The Early Development of Gender Differences (long blog post)

Matthew H. McIntyre and Carolyn Pope Edwards. 2009. “The Early Development of Gender Differences.” Annual Review of Anthropology. Vol. 39, pp. 83-97

The purpose of this review is to summarize the current evidence about the role of biological factors in the development of human gender over a life course.

More specifically this article reviews the role of biological factors in the development of sex differences in human behavior, including biological theories, the developmental course of sex differences, and the interaction of biological and cultural gendering processes at different ages.

The authors use the term gender very broadly, including sex differences and also the cultural and biological processes that shape them.

The article states that current evidence suggests that major biological influences on individuals differences in gender, operate mostly during early development, during and prior to when the individual hits puberty.

Biological Theories About Human Gender

This section focuses on two distinct reproductive strategies called parental investment and mating effort.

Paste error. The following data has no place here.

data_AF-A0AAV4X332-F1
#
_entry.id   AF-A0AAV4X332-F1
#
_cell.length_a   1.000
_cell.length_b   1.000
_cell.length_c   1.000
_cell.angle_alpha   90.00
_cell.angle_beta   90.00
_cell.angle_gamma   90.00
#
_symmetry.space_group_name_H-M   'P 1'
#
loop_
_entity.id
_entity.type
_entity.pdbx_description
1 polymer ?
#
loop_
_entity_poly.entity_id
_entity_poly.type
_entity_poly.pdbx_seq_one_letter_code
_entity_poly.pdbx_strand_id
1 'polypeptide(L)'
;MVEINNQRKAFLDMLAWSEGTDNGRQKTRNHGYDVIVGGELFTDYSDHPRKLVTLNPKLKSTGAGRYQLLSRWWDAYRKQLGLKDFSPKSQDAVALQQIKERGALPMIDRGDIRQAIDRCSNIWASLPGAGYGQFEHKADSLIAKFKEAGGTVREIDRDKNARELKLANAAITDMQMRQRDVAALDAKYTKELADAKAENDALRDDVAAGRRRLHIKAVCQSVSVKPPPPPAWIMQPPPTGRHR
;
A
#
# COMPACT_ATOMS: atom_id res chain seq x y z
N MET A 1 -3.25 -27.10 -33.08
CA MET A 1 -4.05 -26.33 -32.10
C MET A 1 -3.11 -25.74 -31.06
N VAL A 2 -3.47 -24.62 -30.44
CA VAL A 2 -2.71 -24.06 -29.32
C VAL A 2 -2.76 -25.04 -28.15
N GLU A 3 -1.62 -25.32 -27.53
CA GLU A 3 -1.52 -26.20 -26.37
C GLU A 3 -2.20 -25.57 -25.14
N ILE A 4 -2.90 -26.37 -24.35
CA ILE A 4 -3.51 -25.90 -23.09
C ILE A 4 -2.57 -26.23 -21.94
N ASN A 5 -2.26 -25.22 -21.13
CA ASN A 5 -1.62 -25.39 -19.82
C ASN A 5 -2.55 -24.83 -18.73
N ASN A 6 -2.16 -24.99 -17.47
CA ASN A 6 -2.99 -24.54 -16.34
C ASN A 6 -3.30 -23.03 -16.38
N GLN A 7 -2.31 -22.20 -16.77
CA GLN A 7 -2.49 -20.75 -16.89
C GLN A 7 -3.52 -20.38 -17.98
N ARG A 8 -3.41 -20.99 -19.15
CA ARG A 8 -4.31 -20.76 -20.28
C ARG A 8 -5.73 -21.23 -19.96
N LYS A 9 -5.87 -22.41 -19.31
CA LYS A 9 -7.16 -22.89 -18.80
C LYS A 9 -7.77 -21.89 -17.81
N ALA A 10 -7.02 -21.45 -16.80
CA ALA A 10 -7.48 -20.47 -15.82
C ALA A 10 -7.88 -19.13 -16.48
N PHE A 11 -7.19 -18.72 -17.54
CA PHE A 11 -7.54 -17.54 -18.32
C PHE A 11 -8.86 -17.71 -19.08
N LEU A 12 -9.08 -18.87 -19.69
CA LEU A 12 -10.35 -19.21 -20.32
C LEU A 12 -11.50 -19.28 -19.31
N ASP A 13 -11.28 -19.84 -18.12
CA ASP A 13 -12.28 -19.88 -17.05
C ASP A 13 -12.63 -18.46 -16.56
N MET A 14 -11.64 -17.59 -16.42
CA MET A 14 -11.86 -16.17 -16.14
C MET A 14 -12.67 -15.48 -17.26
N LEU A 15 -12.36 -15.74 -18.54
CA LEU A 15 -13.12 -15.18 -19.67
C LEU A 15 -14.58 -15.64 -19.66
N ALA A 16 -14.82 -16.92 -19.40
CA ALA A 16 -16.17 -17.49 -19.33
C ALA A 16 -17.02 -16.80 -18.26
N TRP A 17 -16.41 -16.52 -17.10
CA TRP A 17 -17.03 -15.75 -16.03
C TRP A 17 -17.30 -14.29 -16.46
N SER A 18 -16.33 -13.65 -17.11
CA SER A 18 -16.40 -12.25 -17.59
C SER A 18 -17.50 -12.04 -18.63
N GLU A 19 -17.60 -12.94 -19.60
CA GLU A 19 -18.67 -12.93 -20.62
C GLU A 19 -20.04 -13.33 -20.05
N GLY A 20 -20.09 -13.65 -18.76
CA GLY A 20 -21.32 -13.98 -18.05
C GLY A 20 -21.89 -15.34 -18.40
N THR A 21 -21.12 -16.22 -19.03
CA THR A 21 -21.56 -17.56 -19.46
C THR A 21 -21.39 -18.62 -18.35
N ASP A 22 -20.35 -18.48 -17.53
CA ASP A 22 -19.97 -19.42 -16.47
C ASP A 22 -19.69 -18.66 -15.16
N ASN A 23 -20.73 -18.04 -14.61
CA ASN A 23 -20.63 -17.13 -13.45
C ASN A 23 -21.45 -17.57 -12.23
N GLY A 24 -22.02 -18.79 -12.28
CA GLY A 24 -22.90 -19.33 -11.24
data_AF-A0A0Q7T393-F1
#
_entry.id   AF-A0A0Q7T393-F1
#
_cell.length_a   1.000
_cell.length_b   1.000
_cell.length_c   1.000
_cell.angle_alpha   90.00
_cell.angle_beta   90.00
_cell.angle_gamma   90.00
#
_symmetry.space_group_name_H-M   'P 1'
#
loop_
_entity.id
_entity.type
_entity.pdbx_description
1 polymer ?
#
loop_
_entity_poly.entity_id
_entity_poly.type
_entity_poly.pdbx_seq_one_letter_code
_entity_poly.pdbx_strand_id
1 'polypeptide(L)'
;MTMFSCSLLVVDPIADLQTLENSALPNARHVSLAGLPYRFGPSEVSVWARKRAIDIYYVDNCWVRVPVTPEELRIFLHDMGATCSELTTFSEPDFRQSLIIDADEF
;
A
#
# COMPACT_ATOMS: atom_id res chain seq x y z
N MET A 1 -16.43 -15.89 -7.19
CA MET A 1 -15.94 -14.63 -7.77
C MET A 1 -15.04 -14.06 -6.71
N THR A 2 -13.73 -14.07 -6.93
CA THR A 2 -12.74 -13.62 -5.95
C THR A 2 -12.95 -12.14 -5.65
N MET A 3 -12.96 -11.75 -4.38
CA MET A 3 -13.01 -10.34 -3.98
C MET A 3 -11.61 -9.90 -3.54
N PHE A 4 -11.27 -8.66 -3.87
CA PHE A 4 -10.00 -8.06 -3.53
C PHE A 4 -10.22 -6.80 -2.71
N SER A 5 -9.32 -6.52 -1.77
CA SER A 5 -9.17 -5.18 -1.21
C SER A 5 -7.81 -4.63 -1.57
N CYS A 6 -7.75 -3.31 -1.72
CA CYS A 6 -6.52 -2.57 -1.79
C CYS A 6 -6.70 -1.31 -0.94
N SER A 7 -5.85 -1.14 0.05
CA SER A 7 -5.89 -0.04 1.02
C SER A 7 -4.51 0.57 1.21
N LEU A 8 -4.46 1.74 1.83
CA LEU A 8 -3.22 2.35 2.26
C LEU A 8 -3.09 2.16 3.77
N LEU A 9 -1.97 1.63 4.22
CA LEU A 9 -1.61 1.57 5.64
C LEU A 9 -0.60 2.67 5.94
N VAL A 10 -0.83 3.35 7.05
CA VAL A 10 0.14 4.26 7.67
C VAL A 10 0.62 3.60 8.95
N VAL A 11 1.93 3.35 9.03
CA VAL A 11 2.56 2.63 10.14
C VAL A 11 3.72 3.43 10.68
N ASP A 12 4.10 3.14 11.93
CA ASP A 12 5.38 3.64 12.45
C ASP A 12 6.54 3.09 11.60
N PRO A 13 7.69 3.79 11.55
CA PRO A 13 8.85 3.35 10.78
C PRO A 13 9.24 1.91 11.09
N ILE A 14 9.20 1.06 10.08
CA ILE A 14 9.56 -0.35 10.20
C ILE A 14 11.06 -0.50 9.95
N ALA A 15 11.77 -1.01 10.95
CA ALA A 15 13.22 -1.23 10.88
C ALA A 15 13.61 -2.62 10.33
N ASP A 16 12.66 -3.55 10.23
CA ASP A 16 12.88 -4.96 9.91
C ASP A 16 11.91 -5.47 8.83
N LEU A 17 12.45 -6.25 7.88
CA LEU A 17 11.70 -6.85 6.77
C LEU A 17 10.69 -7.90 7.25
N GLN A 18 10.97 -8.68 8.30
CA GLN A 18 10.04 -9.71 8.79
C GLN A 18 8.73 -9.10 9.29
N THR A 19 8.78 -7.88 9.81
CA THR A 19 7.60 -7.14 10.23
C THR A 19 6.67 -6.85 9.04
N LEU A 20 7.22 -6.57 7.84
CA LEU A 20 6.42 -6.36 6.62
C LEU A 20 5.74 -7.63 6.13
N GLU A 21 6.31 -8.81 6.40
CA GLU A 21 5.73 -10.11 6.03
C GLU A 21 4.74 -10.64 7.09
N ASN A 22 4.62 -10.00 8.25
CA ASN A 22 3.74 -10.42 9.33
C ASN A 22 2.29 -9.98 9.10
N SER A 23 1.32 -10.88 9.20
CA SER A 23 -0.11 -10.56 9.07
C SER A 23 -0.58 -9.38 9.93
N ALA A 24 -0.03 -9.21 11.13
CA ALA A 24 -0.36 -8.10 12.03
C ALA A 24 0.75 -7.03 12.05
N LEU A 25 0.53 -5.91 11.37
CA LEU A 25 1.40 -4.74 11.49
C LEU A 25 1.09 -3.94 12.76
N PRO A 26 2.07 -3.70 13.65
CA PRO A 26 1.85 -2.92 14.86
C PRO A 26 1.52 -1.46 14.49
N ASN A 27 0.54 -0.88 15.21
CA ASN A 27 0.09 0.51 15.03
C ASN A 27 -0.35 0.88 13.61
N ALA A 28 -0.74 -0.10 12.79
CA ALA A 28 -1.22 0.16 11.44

Parental Investment
• Include activities that are costly to parents but help contribute to the growth or survival of the offspring (Trivers 1972).
• In almost all mammals, all parental investment is done by females.
• Female psychological adaptations for parental care have been linked to the raise of empathy, and reduced empathy in males, which lowers their thresholds for aggression (baron-Cohen 2002, Campbell 2006).
• Male parental investment has increased during human evolution.

Mating Effort
• Done by mostly males
• Interpersonal dominance striving in men
• The role of the reproductive endocrine system in human sex differences has been assessed using concentrations of sex hormones and can be measured in the blood or saliva.

**How do these evolved processes related to biological gender operate in different cultural and economic conditions?

Evidence From Adult Men and Women

Research shows that the adult sex differences in empathy and dominance striving, can be due to the reproductive endocrine system (example-testosterone).

Hermans et al. (2006) found evidence that an exogenous dose of testosterone reduces empathy . He measured this by unconscious facial mimicry.